Safeguarding freedom of religion or belief is "a top human rights priority" for the British Government, Foreign Office Minister Baroness Anelay of St Johns said.
She was in the Vatican on Wednesday to mark the centenary of the re-establishment of diplomatic relations between the United Kingdom and the Holy See.
Interviewed on Vatican Radio, she recalled her speech at the launch of a report by the Catholic charity Aid to the Church in Need into religious persecution around the world. One of a number of speakers at last month's launch, she said that global religious freedom was “in a period of serious decline” and acknowledged a “very real danger that Christianity may become extinct” in the Middle East due to persecution.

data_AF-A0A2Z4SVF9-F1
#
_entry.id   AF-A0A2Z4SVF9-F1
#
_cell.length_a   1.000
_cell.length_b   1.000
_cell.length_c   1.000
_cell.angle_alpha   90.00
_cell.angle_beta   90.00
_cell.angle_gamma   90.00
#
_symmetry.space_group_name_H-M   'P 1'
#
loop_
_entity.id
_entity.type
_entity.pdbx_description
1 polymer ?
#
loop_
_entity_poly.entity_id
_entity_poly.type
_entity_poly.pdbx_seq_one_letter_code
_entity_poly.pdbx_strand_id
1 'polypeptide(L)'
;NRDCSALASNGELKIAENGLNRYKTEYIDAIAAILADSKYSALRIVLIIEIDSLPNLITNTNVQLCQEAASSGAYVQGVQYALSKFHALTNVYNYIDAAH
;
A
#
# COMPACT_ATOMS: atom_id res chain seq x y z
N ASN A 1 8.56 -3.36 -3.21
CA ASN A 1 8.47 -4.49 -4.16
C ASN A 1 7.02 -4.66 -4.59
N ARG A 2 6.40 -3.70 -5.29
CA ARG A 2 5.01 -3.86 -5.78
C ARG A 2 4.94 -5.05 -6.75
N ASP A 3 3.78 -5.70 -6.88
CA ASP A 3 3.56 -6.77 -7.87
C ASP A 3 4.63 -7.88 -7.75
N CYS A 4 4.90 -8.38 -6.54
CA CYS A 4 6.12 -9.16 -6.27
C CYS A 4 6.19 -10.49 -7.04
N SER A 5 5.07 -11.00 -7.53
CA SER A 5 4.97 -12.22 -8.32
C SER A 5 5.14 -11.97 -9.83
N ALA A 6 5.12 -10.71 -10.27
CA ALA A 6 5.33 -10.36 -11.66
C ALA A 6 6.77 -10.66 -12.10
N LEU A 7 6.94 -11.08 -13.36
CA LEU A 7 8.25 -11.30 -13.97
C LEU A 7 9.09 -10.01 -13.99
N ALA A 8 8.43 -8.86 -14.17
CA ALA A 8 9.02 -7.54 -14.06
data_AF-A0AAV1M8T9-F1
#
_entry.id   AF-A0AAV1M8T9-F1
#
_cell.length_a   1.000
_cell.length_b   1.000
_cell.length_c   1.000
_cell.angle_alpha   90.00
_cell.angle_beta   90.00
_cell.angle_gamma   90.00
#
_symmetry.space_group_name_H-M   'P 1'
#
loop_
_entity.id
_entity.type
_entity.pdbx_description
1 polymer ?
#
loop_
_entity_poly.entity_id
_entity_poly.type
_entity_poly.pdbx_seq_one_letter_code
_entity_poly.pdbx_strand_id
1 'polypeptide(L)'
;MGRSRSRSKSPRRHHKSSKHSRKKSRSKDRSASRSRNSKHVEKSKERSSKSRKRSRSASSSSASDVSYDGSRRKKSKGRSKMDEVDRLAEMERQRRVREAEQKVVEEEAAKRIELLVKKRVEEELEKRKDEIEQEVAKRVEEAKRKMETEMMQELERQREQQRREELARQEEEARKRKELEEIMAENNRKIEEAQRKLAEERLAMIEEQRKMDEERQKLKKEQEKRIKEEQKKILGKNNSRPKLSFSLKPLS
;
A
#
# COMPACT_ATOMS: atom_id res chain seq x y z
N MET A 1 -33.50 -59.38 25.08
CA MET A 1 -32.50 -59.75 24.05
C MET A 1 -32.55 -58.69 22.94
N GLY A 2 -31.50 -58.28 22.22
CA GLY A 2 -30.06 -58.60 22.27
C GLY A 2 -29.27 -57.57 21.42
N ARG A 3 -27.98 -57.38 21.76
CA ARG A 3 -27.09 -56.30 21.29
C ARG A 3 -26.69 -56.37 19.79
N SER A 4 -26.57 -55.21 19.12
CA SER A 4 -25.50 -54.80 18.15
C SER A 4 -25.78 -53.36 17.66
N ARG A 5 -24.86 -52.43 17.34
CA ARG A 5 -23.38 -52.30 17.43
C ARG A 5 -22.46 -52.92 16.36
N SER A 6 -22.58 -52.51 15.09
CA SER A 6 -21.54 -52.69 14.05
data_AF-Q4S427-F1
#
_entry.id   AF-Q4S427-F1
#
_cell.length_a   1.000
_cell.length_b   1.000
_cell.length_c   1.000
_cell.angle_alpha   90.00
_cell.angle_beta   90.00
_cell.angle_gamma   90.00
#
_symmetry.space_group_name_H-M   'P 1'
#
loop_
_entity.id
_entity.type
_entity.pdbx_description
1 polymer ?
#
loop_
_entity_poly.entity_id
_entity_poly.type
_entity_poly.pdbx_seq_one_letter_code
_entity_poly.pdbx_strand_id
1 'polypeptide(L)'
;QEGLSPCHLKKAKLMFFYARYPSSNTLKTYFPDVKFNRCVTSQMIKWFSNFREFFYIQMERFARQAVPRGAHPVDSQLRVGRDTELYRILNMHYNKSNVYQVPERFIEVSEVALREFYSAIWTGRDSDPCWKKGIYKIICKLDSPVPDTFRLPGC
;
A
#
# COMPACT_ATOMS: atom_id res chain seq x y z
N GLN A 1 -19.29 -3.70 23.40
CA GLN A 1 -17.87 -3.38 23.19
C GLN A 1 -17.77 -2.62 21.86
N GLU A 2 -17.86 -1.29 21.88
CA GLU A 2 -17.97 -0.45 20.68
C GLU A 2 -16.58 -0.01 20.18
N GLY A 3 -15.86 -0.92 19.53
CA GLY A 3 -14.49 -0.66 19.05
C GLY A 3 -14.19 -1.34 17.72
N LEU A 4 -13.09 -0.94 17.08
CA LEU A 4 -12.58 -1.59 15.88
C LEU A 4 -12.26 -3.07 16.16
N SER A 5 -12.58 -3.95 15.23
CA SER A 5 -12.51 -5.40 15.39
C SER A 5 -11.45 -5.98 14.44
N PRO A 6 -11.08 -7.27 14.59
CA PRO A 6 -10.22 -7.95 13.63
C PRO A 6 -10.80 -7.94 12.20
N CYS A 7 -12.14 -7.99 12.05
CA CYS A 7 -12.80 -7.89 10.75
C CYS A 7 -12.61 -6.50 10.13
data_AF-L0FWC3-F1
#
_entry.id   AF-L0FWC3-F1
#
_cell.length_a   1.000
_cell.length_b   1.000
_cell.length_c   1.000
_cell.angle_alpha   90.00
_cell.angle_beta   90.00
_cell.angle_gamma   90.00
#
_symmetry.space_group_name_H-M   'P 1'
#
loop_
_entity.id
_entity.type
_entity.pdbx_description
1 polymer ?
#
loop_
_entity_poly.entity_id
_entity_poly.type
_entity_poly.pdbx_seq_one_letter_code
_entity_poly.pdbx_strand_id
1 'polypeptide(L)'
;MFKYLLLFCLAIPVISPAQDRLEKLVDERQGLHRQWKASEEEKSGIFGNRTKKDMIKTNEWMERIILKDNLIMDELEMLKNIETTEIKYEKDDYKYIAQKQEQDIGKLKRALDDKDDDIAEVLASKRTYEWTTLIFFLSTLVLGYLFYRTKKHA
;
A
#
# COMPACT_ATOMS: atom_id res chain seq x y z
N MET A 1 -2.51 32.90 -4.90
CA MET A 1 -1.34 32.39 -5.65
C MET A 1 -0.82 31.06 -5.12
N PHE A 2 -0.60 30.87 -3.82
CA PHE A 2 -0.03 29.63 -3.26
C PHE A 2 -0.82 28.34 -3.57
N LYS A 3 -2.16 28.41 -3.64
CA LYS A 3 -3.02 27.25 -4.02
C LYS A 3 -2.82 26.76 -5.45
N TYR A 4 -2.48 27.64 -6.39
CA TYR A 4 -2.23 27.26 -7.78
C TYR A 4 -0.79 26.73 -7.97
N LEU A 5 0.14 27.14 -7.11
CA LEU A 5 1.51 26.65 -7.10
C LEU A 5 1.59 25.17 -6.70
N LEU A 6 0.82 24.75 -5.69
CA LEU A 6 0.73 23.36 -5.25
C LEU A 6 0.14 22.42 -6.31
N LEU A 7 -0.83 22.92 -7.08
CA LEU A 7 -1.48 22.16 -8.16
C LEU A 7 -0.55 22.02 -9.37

The peer was due to meet Vatican officials to discuss issues including the persecution of Christians and modern slavery.
She was also attend a Mass in the evening at St Paul’s Outside the Walls to mark the re-establishment of relations, which was to be celebrated by Cardinal Pietro Parolin, the Vatican’s Secretary of State. Westminster Cardinal Vincent Nichols was due to attend.
Speaking before the visit, she said: “I am delighted to represent Her Majesty’s Government on in this important anniversary. Relations between the United Kingdom and the Holy See have developed enormously since 1914.”
“The visit of Benedict XVI to the UK in 2010 and HM The Queen’s historic meeting with Pope Francis in April this year are the most recent highlights. The visit is an important occasion to further strengthen the UK’s engagement with the Holy See on a range of issues of mutual concern, and to consider ways in which our networks might work more closely together, from human trafficking and freedom of religion and beliefe, to wider human rights issues and international development."